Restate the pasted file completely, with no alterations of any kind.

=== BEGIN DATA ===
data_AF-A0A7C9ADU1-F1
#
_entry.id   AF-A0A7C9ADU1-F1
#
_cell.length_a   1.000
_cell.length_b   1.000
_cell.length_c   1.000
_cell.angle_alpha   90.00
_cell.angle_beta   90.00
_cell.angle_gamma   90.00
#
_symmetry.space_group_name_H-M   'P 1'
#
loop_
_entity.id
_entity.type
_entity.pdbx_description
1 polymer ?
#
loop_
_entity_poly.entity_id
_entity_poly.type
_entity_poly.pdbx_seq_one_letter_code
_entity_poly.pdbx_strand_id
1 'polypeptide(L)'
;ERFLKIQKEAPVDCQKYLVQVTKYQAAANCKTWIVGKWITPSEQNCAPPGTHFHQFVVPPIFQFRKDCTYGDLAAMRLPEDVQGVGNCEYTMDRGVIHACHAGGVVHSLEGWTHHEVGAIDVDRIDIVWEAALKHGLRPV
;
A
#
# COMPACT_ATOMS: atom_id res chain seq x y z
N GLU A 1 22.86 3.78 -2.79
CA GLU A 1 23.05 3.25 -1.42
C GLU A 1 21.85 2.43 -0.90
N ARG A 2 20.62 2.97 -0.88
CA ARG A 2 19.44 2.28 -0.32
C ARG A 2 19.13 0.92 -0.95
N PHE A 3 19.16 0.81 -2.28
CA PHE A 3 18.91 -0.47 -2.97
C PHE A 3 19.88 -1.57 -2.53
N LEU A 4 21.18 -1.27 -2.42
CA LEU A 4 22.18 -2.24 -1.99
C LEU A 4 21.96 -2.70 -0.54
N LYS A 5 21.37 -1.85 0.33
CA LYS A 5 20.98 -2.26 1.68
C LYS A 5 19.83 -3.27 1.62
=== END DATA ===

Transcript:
data_AF-A0A7C9ADU1-F1
#
_entry.id   AF-A0A7C9ADU1-F1
#
_cell.length_a   1.000
_cell.length_b   1.000
_cell.length_c   1.000
_cell.angle_alpha   90.00
_cell.angle_beta   90.00
_cell.angle_gamma   90.00
#
_symmetry.space_group_name_H-M   'P 1'
#
loop_
_entity.id
_entity.type
_entity.pdbx_description
1 polymer ?
#
loop_
_entity_poly.entity_id
_entity_poly.type
_entity_poly.pdbx_seq_one_letter_code
_entity_poly.pdbx_strand_id
1 'polypeptide(L)'
;ERFLKIQKEAPVDCQKYLVQVTKYQAAANCKTWIVGKWITPSEQNCAPPGTHFHQFVVPPIFQFRKDCTYGDLAAMRLPEDVQGVGNCEYTMDRGVIHACHAGGVVHSLEGWTHHEVGAIDVDRIDIVWEAALKHGLRPV
;
A
#
# COMPACT_ATOMS: atom_id res chain seq x y z
N GLU A 1 22.86 3.78 -2.79
CA GLU A 1 23.05 3.25 -1.42
C GLU A 1 21.85 2.43 -0.90
N ARG A 2 20.62 2.97 -0.88
CA ARG A 2 19.44 2.28 -0.32
C ARG A 2 19.13 0.92 -0.95
N PHE A 3 19.16 0.81 -2.28
CA PHE A 3 18.91 -0.47 -2.97
C PHE A 3 19.88 -1.57 -2.53
N LEU A 4 21.18 -1.27 -2.42
CA LEU A 4 22.18 -2.24 -1.99
C LEU A 4 21.96 -2.70 -0.54
N LYS A 5 21.37 -1.85 0.33
CA LYS A 5 20.98 -2.26 1.68
C LYS A 5 19.83 -3.27 1.62